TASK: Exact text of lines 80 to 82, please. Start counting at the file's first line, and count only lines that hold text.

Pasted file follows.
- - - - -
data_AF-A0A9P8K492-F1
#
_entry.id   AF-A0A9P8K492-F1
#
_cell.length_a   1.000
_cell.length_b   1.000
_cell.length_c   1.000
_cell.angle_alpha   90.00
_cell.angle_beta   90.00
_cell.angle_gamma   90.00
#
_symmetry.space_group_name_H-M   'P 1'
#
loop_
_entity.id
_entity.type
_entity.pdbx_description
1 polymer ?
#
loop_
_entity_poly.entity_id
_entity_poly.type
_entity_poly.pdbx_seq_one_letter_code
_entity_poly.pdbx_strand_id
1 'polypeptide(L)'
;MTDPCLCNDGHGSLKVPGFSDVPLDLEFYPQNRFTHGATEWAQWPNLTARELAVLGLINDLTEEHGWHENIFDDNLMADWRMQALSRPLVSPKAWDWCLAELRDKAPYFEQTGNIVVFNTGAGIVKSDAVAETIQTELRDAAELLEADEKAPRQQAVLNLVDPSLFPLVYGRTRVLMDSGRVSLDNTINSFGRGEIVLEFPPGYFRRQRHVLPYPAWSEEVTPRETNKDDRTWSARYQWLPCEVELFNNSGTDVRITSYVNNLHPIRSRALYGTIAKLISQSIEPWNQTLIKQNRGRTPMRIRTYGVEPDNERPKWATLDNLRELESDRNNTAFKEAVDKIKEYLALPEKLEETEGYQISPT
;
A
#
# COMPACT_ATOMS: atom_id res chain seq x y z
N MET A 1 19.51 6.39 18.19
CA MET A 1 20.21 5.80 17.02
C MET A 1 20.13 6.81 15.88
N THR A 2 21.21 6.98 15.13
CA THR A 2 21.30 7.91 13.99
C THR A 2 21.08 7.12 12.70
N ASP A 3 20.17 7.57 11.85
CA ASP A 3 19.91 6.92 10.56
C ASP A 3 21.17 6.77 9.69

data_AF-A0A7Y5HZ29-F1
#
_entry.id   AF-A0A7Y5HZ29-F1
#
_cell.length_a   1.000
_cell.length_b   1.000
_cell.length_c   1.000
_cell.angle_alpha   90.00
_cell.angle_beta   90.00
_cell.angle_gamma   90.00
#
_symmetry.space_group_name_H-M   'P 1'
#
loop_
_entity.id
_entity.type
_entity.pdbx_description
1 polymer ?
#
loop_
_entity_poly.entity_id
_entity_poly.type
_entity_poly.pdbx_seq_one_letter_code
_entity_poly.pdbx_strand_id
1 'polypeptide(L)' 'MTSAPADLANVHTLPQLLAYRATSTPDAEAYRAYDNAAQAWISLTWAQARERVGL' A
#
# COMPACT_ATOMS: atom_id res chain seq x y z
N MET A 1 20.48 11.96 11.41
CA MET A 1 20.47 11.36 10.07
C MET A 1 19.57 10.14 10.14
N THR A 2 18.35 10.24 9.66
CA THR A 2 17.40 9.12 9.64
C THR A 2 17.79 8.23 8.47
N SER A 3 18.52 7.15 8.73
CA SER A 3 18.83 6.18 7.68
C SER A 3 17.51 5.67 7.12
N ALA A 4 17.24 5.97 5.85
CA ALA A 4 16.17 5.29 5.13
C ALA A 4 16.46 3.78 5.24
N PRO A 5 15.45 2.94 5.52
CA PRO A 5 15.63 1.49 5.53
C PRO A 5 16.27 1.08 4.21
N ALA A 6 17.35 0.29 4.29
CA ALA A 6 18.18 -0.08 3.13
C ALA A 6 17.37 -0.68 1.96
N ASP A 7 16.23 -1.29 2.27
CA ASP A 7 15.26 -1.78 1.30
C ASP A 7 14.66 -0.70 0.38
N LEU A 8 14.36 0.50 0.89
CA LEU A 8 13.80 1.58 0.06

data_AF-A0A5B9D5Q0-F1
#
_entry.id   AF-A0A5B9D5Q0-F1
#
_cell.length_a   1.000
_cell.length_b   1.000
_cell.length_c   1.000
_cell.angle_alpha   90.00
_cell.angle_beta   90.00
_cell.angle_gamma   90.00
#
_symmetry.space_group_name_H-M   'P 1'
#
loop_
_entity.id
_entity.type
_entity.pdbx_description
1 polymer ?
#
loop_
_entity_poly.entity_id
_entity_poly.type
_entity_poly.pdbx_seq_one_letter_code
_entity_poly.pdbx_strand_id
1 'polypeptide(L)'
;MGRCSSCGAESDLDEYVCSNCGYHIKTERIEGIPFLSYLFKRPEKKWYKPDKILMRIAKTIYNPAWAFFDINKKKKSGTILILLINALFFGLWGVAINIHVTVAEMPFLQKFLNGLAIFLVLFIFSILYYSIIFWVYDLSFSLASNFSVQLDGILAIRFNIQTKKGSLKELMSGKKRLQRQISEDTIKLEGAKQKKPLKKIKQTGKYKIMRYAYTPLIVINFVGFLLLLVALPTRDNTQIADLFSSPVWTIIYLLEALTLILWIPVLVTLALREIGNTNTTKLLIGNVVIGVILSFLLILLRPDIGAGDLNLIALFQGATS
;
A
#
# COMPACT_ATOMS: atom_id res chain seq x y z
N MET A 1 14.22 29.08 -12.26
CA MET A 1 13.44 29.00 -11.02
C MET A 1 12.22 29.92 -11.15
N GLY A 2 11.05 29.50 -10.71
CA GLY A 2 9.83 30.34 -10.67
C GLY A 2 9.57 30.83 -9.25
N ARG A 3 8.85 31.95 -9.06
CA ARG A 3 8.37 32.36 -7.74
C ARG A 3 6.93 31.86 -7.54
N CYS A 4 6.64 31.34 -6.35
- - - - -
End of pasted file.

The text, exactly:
CA PRO A 5 15.63 1.49 5.53
C PRO A 5 16.27 1.08 4.21
N ALA A 6 17.35 0.29 4.29